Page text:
Health

Akshay Kumar’s ‘Vimal’ apology: Health activists criticise action, say damage has been done

Activists urge amendment of Act that regulates tobacco products and surrogate advertising promulgated 20 years ago

 
By Rajat Ghai
Published: Thursday 21 April 2022
Screengrab of the advertisement that aired recently, starring Akshay Kumar, Ajay Devgn and Shah Rukh Khan.
Screengrab of the advertisement that aired recently, starring Akshay Kumar, Ajay Devgn and Shah Rukh Khan. Screengrab of the advertisement that aired recently, starring Akshay Kumar, Ajay Devgn and Shah Rukh Khan.

Health activists have criticised the ‘apology’ offered by Bollywood actor Akshay Kumar to his fans after facing flak for appearing in an advertisement endorsing a popular pan masala brand.

The advertisement, which aired recently, showed Kumar alongside his peers and Bollywood veterans, Ajay Devgn and Shah Rukh Khan.

Screengrab of Akshay Kumar’s ‘apology’ on Instagram

“The ad will continue. The damage that the ad will do in terms of influencing people, his fans and followers and everybody else, is done. The business of selling tobacco, gutkha and pan masala and cancer-causing substances will flourish. So how does this apology help? Will people see the apology or the ad?” Bhavna Mukhopadhyay, chief executive officer of Voluntary Health Association of India, told Down To Earth.

Mukhopadhyaya pointed out that Kumar had promised never to endorse tobacco products a few years back “despite getting a lot of offers”.

“He had said it was a matter of principle. What has led him to endorse them now?” she asked.


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“Celebrities need to be sensitive towards their fans and remember they have a responsibility towards them. They should not be endorsing these products in the first place. Surely, this money can be used for tobacco control work, but the damage has been done,” Monika Arora, director, health promotion division, Public Health Foundation of India, told Down To Earth.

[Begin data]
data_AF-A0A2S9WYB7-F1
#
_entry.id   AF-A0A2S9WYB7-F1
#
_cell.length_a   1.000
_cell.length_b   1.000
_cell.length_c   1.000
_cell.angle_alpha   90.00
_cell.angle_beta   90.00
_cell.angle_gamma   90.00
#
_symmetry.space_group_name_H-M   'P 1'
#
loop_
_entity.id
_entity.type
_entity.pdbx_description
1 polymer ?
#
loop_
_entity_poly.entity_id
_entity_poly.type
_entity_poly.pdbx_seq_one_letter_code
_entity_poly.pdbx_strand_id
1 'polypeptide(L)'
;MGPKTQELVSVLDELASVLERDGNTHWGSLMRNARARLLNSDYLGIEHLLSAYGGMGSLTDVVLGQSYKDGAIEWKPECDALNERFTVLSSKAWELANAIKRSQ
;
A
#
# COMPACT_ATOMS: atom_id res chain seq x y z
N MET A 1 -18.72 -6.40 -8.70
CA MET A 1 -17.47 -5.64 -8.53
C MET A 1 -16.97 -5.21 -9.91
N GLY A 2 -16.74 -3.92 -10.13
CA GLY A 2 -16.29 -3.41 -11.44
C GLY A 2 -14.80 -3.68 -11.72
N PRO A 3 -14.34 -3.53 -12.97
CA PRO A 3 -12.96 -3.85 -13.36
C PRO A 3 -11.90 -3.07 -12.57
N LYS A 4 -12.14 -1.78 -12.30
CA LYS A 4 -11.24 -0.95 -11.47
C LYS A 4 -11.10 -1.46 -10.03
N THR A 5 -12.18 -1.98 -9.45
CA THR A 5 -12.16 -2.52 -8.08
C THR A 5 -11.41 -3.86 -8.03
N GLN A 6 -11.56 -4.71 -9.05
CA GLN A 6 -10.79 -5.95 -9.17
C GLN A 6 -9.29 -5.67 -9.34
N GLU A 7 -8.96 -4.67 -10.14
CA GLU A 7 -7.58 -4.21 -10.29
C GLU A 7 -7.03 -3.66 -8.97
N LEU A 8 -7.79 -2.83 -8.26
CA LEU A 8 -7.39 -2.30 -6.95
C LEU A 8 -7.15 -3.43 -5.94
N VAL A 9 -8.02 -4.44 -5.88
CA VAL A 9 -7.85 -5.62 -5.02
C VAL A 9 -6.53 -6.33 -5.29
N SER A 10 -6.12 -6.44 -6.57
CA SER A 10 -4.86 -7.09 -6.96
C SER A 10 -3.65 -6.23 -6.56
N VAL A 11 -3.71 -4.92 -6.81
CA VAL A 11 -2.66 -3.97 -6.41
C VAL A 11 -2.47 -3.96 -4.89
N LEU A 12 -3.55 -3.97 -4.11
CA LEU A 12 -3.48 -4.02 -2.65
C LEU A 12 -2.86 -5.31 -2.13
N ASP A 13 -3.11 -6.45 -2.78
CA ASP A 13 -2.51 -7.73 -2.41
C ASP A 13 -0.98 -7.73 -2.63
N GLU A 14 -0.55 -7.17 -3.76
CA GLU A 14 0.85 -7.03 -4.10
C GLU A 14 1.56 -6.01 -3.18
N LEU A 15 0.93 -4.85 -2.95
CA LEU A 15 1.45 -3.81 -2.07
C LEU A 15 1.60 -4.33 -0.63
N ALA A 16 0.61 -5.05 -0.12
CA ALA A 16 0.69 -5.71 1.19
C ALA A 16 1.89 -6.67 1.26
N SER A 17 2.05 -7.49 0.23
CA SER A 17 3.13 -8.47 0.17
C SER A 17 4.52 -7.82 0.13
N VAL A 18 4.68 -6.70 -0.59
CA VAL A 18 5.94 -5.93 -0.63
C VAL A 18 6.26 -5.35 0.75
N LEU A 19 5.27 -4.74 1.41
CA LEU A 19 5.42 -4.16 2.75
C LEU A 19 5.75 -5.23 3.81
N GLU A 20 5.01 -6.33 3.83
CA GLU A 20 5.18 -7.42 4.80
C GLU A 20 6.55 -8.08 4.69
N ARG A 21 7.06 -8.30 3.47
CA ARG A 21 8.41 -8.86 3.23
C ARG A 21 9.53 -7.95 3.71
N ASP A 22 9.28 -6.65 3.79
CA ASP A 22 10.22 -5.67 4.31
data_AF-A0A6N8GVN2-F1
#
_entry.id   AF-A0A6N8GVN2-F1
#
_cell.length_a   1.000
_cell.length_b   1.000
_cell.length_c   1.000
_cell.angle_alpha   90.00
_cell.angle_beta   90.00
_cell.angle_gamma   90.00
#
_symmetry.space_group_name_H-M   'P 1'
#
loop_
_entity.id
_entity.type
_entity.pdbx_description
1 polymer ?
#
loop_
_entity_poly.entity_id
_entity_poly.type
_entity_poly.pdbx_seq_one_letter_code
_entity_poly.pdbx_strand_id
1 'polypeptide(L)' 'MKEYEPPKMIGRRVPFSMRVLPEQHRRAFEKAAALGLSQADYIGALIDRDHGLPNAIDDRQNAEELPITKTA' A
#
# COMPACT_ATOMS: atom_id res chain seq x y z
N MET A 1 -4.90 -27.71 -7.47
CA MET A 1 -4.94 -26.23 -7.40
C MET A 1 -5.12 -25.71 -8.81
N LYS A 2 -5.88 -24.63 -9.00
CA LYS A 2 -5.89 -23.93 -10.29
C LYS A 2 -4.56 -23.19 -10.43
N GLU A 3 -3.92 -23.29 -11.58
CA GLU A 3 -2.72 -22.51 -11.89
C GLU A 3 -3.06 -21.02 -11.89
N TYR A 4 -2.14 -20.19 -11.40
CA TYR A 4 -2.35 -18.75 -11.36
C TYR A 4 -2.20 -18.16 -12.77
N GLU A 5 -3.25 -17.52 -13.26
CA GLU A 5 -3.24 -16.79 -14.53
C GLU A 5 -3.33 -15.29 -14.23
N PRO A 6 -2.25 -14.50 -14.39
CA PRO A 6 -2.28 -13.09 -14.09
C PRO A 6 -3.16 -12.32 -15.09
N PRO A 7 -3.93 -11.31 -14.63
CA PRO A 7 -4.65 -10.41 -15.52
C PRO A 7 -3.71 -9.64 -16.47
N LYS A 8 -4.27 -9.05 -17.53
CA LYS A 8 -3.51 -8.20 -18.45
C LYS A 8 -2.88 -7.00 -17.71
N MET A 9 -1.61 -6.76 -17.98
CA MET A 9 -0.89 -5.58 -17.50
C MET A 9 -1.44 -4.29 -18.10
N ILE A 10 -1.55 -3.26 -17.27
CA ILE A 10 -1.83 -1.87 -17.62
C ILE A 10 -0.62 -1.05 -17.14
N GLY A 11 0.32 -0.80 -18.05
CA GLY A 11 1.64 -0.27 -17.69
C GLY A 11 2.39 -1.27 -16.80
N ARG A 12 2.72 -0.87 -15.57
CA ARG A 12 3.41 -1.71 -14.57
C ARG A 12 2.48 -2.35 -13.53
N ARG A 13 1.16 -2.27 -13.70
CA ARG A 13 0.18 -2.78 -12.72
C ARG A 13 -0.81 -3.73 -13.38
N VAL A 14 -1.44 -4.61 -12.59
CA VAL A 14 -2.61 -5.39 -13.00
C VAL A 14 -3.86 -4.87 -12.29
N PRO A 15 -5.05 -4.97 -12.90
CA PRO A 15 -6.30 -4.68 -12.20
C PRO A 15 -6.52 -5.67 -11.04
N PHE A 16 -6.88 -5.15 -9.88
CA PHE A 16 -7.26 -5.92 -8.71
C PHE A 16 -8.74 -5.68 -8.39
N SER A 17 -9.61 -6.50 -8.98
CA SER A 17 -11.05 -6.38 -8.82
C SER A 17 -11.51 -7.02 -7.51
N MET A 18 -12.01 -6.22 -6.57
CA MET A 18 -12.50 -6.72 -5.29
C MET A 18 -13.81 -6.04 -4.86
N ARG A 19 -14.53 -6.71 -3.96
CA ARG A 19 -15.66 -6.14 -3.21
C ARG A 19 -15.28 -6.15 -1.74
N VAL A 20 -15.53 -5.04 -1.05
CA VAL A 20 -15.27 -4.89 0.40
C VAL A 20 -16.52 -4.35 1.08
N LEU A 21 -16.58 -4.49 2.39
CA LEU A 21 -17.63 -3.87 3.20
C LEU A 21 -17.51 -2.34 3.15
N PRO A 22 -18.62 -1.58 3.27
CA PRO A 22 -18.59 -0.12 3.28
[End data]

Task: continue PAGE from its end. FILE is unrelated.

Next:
Surrogate advertising

Both, Mukhopadhyaya and Arora also pointed towards the practice of tobacco companies to indulge in surrogate advertising.

“Tobacco companies claim to be selling cardamom or fennel. But you will not come across any such products in the market. This is all a fabrication. Alcohol companies do likewise. And it is ensnaring young people,” Mukhopadhyaya, said.

Arora noted that the law was very clear about not allowing any brand extensions, stretching, sponsorships or surrogate advertising.

“But gutkha companies have the same brand for cardamom and gutkha, as in this case. A young child will not be able to distinguish when s/he go to buy such a product as to whether it is cardamom or gutkha. This is playing with their young minds,” Arora said.


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Both urged for amending the Cigarettes and Other Tobacco Products Act (COTPA), 2003.

“There has been talk in the past seven years about amending COTPA, which regulates tobacco substances. Several groups have urged the inclusion of a clause that will make it clear that one cannot do surrogate advertising for a brand name that sells tobacco,” Mukhopadhyaya said.

She stressed that COTPA must be amended because it is very old:

It came in 2003. And now it is 2022. A lot of water has flown under the bridge. There was no social media at that time. And a lot of violations are happening currently on social media. There is an urgency to amend it.

It is essential to amend COTPA so that there is a comprehensive ban on tobacco products advertising and the tobacco industry is unable to find gaps to circumvent provisions of the law, she added.

“COTPA definitely needs amendment to be able to address social media streaming platforms so that all kind of advertising is banned across all channels. I think a high-level committee which has members from the Union Ministry of Information and Broadcasting as well as the Ministry of Health and Family Welfare is required to address such violations,” Arora said.

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